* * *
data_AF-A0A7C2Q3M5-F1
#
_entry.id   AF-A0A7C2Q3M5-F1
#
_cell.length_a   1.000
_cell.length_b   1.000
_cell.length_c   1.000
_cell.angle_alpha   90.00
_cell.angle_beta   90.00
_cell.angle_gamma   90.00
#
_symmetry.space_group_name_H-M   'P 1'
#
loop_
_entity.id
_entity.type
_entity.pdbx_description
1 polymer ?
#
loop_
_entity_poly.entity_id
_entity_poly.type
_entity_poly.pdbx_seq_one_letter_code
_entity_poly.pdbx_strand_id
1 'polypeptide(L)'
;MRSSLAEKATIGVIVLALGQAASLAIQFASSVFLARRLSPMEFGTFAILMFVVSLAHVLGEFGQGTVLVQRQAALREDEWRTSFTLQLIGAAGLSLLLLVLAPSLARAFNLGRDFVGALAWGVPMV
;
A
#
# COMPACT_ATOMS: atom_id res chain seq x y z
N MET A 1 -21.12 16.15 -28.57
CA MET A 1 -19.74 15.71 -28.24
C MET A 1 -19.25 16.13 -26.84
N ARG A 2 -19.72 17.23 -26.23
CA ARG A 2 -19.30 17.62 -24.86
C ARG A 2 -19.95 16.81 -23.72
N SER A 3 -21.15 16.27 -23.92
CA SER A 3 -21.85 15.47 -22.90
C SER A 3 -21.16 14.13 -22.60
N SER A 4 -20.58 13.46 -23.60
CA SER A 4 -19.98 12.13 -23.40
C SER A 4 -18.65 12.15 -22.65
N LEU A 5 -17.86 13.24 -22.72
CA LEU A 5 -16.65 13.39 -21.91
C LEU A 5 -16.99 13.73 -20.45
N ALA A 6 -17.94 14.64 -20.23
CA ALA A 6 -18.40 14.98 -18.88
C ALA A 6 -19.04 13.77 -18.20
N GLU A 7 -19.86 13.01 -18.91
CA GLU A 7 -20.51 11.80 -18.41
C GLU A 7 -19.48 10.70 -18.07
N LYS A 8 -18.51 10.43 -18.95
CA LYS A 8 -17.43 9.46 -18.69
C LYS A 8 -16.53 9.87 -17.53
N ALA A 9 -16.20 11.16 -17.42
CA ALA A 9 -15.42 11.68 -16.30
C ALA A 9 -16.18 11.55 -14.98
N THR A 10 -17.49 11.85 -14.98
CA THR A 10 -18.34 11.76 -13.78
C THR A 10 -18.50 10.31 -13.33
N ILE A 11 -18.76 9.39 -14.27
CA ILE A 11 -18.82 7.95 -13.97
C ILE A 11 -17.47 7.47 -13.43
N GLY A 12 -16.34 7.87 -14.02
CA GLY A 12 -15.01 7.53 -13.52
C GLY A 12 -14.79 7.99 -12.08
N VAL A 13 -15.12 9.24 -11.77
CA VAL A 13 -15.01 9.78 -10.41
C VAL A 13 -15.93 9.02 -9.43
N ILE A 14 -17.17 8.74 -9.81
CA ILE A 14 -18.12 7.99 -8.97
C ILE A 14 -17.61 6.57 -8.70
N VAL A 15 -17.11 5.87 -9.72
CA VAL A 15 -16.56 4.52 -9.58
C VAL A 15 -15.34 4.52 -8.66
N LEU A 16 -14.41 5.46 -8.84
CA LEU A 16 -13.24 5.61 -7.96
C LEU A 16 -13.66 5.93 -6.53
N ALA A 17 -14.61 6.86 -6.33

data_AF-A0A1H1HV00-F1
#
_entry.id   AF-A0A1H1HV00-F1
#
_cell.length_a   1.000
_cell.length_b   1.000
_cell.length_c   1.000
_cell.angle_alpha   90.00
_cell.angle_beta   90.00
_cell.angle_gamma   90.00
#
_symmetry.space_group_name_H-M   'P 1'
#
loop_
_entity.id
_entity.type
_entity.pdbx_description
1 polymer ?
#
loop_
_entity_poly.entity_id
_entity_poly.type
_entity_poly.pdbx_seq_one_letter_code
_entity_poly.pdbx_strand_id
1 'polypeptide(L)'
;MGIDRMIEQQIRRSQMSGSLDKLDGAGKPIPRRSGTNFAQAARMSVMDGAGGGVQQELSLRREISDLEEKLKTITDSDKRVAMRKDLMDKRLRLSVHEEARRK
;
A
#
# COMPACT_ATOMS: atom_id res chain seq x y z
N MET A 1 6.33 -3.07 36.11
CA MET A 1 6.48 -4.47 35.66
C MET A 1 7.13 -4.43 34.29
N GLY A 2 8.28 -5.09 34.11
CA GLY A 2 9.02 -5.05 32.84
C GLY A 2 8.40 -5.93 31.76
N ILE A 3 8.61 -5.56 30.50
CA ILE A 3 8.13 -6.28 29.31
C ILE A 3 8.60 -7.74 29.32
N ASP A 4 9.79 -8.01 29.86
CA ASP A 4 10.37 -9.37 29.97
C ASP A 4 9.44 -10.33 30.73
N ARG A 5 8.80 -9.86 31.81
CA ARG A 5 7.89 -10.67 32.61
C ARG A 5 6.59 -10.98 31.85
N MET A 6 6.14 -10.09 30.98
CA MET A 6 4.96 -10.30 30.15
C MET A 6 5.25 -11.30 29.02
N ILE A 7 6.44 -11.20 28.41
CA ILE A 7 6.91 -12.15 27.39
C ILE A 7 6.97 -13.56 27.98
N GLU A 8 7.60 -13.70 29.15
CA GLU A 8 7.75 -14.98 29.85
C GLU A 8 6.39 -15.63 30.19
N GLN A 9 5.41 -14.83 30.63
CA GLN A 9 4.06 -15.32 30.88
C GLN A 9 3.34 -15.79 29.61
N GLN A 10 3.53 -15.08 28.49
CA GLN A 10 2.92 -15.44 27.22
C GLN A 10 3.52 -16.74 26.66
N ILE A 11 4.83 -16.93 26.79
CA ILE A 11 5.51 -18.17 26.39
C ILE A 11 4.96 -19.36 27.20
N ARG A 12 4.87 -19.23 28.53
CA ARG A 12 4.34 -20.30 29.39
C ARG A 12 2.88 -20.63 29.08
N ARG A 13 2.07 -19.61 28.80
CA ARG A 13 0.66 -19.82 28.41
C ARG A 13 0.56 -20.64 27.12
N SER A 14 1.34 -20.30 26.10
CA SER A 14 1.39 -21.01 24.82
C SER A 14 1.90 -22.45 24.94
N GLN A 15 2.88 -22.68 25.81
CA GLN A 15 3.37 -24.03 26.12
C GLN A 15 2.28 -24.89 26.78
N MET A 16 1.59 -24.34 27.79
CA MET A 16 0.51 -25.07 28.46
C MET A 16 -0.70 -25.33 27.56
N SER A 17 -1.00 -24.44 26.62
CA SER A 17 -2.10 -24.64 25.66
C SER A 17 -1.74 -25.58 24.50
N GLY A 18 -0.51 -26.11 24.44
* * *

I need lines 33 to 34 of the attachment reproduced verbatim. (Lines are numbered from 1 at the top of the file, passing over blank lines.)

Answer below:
C MET A 1 -19.25 16.13 -26.84
N ARG A 2 -19.72 17.23 -26.23